Author: Katie Anderson

As layoffs and furlough days continue to eat away at pocket books, local dentists say they’ve noticed a decrease in the area’s appetite for oral health care.

Dental health care experts are concerned.

“I think a lot of preventative care has become affected by people’s economic situations,” said Randall Lawson, a doctor of dental surgery and owner of College Avenue Dental in Jacksonville.

“I have two hygienists that do preventive care, cleanings, et cetera, and they have seemed to become less busy as of late.”

He said although the summer time is busier due to children being out of school, his office has seen more cancellations than usual.

William Weller, a doctor of dental surgery with an office on West Lafayette Avenue, has seen a similar trend at his practice.

“Whenever we have a downturn or anything like this there are several things that happen,” Dr. Weller said. “Probably the most significant is people looking for ways to cut corners — looking to delay or postpone their six-month checkups. It’s kind of unfortunate because yes, they’ll save 100 bucks on a checkup but they’ll pay later.”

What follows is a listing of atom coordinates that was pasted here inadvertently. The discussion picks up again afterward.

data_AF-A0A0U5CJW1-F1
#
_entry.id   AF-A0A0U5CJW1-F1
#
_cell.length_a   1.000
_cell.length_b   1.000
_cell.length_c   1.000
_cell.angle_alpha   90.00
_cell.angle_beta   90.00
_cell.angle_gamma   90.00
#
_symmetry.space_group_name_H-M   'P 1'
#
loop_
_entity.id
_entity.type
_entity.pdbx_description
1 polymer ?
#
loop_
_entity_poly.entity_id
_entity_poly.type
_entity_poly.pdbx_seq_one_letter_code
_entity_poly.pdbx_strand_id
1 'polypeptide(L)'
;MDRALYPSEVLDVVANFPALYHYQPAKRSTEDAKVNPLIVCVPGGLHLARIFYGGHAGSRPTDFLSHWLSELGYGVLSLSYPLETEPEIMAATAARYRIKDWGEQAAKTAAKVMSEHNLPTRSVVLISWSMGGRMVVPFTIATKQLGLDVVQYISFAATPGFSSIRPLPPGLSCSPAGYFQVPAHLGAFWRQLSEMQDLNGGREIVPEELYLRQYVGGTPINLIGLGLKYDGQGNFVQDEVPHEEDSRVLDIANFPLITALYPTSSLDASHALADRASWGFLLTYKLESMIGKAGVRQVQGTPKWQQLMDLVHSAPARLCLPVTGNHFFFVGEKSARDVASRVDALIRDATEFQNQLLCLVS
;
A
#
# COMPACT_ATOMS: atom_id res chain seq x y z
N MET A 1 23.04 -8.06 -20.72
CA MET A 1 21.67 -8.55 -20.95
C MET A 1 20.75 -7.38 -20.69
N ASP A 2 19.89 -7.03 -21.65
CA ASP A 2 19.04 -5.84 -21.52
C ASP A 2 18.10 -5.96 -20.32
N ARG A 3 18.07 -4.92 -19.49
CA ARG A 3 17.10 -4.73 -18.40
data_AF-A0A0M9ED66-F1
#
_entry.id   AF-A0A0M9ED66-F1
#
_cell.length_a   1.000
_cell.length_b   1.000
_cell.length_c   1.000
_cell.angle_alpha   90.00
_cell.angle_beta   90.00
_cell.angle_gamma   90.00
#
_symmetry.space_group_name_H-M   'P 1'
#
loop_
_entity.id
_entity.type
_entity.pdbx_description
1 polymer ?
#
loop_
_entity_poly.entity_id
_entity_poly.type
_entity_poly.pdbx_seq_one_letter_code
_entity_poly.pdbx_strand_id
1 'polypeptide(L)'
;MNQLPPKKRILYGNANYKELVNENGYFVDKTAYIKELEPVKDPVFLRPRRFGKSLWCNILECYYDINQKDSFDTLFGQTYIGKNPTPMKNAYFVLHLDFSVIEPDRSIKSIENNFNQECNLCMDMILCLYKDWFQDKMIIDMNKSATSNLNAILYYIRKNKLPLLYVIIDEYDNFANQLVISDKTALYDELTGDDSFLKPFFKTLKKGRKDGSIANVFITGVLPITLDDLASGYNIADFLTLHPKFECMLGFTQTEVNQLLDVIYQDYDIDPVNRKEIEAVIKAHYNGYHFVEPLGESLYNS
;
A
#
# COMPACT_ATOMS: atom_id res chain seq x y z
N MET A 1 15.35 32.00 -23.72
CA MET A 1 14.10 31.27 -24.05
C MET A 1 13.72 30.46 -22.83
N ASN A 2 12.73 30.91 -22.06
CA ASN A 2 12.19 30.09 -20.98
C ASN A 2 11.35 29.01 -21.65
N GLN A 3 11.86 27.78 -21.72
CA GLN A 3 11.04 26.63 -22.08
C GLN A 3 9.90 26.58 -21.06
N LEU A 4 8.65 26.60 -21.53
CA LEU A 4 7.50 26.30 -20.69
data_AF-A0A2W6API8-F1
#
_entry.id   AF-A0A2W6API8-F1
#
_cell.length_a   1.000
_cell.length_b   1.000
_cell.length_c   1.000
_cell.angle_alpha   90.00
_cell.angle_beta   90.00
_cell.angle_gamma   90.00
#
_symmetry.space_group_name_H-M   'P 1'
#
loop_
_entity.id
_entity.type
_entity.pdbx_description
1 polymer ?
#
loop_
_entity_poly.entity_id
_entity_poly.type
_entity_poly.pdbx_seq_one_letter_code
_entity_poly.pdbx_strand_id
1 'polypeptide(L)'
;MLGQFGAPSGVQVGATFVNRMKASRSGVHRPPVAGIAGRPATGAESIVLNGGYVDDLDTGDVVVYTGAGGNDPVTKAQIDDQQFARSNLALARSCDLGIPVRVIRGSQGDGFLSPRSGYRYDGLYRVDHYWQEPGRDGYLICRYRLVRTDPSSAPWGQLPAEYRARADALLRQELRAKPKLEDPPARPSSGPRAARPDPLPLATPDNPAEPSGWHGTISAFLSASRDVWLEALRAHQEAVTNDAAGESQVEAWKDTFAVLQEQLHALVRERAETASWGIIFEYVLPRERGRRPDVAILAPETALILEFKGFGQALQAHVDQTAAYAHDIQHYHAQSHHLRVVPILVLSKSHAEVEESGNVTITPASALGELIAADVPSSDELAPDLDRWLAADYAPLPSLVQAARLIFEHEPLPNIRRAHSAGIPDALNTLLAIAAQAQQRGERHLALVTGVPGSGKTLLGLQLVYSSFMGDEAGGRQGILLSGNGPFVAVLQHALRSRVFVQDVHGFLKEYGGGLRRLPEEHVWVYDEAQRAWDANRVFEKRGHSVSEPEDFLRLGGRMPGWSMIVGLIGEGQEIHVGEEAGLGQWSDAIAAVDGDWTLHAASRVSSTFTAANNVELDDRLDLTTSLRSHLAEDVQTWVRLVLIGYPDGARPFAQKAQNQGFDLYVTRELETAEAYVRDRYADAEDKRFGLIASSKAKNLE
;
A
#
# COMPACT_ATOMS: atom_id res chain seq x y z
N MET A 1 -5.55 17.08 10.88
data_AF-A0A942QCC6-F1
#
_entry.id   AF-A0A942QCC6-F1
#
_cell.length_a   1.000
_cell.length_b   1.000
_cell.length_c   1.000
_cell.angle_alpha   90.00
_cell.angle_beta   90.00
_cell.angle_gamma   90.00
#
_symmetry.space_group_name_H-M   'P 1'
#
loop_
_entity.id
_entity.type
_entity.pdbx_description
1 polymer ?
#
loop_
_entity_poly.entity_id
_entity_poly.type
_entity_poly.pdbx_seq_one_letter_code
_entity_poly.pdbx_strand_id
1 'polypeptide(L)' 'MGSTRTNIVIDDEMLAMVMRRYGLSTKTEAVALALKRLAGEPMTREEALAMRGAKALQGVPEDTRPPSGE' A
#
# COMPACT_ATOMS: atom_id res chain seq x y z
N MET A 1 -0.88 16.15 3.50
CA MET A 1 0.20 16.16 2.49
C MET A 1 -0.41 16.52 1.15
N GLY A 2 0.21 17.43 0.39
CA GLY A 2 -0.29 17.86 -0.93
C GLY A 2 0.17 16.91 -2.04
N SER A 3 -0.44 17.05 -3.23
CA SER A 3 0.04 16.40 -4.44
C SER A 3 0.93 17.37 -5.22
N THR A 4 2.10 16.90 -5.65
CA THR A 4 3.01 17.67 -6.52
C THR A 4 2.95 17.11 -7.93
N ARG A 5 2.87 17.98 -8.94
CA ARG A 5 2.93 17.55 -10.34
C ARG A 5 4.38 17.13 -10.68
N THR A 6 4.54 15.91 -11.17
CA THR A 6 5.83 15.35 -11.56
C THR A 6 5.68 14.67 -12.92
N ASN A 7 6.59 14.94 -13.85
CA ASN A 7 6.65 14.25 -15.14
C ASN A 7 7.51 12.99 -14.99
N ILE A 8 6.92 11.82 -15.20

Dr. Weller said the people he and his fellow dentists treat in the area, for the most part, “are really honest people.”

“If they don’t have the money they don’t want to come in and incur a debt,” he explained. “Which is laudable to some degree, but something that we worry about.”

They worry for many reasons.

One, most patients end up paying more when they do get back in the chair because problems like cavities, gum diseases and cracked teeth go undetected and get worse.

Patients are also skipping an oral cancer screening when they skip a check up, Mr. Weller said. “It’s rare, but serious.”

Dentists also worry from a business perspective. When the economy does turn around, the their offices will face a pile up of patients who avoided care.

Elective dental work has also apparently been affected by the economic slowdown.

“People seem to be delaying elective sorts of things, cosmetic services, whitening procedures,” Dr. Lawson said. “Currently it’s just being delayed but eventually it might end up being abandoned.”

Dr. Weller said he has seen patients cancel appointments to have their teeth capped.

Another indicator of how bad the economic situation is, Dr. Weller added, is the number of patients deciding to have teeth removed rather than treated and saved.

“Root canals and crowns can cost $1,000 to $2,000,” he said. “When insurance first began to become popular, the maximum annual coverage was about $1,000 to $1,500. Today it’s still $1,000 to $1,500. Now, you can easily reach that with one tooth.”

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